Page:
Vendor Email Compromise is a refined attack that builds upon BEC techniques to defraud organizations. Discover what a VEC attack looks like in action.
Vendor Email Compromise (VEC) is a type of social engineering attack where a cybercriminal impersonates a trusted vendor for financial gain. VEC attacks are elaborate, sophisticated, and take place over days or weeks to establish trust and remain undetected.
Wondering why VEC attacks are so hard for traditional security systems to catch? This article will break down the lifecycle of a VEC attack so you know the signs to look out for.
How Vendor Email Compromise Works
With VEC attacks, an attacker first steals the credentials of one or more employees. Then they learn about the organization by reading emails from the compromised accounts. Thus, VEC attacks have two phases: dormant and active.
In the dormant phase, the attacker quietly steals credentials and logs in from an innocuous location or IP address to set up mail forwarding rules. Unfortunately, this phase is difficult to spot since there isn’t much suspicious activity to detect yet.
In the active phase, the attacker creates a fake domain name and waits for a financial transaction. The attacker then inserts new bank details into existing email threads and awaits payment. After receiving payment, funds are immediately transferred to other accounts to avoid traceability.
Read more: 4 Vendor Fraud Red Flags to Watch Out For
The Lifecycle of a VEC Attack
Vendor Email Compromise attacks take time, with successful attacks often unfolding over a period of weeks. Here is a sample VEC attack timeline.
- The attacker steals the credentials of an employee in the Accounts Receivable department at Company A through a phishing link, jane.doe@companyA.com.
- The attacker signs into Jane’s email address and deletes any evidence of the phishing email that compromised her.
- The attacker then sets up a mail forwarding rule in Jane’s account that auto-forwards all emails to a mailbox created for this purpose.
Day 1 - 14
- The attacker reads all emails in Jane’s inbox to understand the organization’s email workflows and identify high-value targets for compromise.
- A legitimate vendor transaction comes into play, and Jane does her job as usual.
Now the compromise enters its active phase.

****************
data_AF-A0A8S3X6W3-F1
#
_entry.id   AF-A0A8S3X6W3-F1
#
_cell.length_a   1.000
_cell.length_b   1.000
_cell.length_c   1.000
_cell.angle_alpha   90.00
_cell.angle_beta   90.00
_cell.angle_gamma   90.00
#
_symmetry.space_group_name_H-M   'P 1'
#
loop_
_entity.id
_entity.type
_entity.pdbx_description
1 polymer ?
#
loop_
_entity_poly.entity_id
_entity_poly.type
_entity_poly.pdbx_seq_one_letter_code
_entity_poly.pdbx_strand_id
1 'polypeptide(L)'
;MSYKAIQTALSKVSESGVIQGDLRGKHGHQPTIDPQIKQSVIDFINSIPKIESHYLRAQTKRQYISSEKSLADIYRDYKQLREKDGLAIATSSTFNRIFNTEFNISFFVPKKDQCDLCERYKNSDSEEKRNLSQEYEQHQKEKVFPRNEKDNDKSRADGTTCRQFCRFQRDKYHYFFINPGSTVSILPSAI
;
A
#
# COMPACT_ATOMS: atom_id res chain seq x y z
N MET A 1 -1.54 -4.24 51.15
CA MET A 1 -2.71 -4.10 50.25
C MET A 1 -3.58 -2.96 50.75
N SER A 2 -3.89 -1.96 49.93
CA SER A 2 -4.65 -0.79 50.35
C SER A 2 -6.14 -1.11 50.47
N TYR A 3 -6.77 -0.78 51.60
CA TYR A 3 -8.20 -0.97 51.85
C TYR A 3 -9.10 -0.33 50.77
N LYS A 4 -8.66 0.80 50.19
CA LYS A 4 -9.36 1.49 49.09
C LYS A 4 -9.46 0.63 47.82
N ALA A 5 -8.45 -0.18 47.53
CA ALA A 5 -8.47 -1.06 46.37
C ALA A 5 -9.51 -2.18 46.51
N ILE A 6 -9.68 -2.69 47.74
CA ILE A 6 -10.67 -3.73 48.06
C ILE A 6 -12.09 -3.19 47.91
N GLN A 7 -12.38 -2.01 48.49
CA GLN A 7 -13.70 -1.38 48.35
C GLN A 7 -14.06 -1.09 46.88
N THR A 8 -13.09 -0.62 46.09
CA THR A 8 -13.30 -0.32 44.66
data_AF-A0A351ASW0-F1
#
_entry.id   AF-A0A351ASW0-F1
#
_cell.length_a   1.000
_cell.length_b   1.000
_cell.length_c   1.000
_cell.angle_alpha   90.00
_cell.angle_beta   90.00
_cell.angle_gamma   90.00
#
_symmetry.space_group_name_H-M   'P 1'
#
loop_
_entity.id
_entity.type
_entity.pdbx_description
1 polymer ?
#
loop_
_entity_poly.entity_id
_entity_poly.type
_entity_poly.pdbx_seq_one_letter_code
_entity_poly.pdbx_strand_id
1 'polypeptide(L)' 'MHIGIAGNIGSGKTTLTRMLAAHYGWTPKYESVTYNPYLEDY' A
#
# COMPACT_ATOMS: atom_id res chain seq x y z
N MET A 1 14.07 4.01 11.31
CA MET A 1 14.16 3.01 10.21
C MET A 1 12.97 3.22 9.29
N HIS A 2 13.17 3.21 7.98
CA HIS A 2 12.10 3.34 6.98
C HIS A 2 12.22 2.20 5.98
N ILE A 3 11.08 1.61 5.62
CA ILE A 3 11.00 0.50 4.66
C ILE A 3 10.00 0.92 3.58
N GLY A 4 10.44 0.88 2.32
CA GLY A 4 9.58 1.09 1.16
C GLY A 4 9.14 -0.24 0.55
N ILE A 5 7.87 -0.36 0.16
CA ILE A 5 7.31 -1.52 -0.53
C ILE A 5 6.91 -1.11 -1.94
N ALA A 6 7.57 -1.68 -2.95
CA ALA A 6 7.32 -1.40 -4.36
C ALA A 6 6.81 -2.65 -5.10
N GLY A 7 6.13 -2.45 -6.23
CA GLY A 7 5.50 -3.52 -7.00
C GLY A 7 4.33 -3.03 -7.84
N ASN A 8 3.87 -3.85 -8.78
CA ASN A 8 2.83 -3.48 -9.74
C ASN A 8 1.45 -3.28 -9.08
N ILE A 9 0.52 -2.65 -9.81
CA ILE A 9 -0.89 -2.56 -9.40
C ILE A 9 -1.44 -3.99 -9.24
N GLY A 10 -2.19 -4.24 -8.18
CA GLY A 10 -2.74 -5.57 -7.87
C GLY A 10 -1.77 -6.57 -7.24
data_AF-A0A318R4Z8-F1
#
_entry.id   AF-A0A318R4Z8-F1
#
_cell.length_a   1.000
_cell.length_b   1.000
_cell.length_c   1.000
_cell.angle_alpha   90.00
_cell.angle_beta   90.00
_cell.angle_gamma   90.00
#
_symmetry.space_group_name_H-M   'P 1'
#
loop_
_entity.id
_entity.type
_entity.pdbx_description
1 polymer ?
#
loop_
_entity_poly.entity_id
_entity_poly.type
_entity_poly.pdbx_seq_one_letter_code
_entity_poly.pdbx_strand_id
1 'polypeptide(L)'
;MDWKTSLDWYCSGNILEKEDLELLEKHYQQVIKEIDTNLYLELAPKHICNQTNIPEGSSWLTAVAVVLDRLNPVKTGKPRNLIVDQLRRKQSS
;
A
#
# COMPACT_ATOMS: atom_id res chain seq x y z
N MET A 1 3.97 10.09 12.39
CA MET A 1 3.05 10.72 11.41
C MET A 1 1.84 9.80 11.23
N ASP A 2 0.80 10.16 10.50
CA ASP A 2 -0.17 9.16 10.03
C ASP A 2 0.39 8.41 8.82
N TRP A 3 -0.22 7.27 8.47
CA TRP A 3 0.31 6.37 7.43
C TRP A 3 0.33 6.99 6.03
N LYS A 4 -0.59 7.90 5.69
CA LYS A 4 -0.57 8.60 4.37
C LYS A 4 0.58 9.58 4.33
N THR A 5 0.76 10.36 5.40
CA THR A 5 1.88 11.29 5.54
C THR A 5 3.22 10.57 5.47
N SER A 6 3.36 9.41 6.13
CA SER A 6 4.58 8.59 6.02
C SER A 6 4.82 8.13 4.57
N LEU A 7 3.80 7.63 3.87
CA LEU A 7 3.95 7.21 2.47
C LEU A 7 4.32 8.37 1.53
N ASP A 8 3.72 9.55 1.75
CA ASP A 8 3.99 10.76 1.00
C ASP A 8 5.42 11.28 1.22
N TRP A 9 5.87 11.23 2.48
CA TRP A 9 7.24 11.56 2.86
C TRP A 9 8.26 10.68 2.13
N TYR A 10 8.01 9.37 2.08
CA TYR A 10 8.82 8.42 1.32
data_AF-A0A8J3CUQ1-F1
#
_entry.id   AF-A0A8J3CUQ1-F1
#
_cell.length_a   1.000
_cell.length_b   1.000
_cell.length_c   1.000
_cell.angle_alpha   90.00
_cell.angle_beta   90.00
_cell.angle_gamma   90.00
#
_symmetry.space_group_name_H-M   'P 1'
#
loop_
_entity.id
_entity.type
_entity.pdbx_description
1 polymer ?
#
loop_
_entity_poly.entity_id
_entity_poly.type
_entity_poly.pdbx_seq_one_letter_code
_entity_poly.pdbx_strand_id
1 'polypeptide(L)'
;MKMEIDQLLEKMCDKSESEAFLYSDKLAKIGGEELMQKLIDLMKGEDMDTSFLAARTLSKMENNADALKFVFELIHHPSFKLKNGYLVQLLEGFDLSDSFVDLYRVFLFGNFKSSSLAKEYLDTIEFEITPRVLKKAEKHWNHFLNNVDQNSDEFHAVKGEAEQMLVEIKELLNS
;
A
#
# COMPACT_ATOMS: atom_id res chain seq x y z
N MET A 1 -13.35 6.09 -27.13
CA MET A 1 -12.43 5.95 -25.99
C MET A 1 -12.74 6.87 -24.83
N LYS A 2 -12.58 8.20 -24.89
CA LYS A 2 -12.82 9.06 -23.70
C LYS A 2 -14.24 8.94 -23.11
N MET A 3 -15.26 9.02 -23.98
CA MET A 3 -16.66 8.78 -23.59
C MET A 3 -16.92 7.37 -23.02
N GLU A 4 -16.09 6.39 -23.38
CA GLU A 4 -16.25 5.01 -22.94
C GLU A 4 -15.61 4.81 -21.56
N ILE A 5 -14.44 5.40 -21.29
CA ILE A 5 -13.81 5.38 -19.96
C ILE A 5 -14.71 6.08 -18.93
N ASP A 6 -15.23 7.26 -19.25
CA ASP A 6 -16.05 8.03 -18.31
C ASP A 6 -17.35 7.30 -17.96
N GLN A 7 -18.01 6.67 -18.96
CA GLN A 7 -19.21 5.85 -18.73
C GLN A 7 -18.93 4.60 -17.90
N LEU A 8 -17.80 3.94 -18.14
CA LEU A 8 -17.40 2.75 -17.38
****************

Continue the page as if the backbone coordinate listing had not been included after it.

- The attacker is aware of this active invoice payment request and registers the domain “Acompany.com.”
Note: Spoofing a domain as a separate internal domain of Company A may be more successful for fraudsters than other domain look-alike attempts in the past.
For example, if the attacker registered a domain like “cornpanyA.com” with the “r” and “n” closely mirroring an “m,” and the recipient caught this inconsistency, the gig would be up. On the other hand, a domain spoof of a likely internal domain is easier to justify in some cases.
- The attacker sends an email from jane.doe@Acompany.com, with the original thread below the message.
- The attacker sends another email from susan.b.anthony@Acompany.com, with the original thread below the message to add additional credibility.
Why Vendor Email Compromise Attacks Are Often Successful
The added danger in vendor email compromise is clear. However, unlike the three weaknesses of a Business Email Compromise attack, VEC attacks have an answer for each drawback:
- BEC WEAKNESS: The attacker is the one that must initiate the first email, which elicits suspicion among the recipients.
- VEC STRENGTH: The attacker no longer needs to initiate an attack, as they can merely insert themselves (and their bank credentials) into a legitimate business transaction.
- BEC WEAKNESS: A fresh employee may feel the need to verify with a coworker or direct manager the proper protocol for corporate financial changes and transactions. Introducing a second or third pair of eyes on the request can quickly defuse the situation as a hoax.
- VEC STRENGTH: An attacker gains additional knowledge of a target organization’s best practices, standard operating procedures, writing styles, common apps, file types, social engineering, and a timeline of when VIPs may be out of office. As a result, the victims of these attacks usually don’t suspect anything nefarious because messages sent by the attacker so closely mirror what a typical employee would do or say.
- BEC WEAKNESS: The executive may be in the same office as the victim. If the victim has face-to-face communication with the VIP, the attack can implode.
- VEC STRENGTH: Because VECs usually occur with third-party vendors, the chances of a victim bumping into them in person are extremely low.
To learn how Armorblox stops VEC attacks, take a 5-minute product tour below.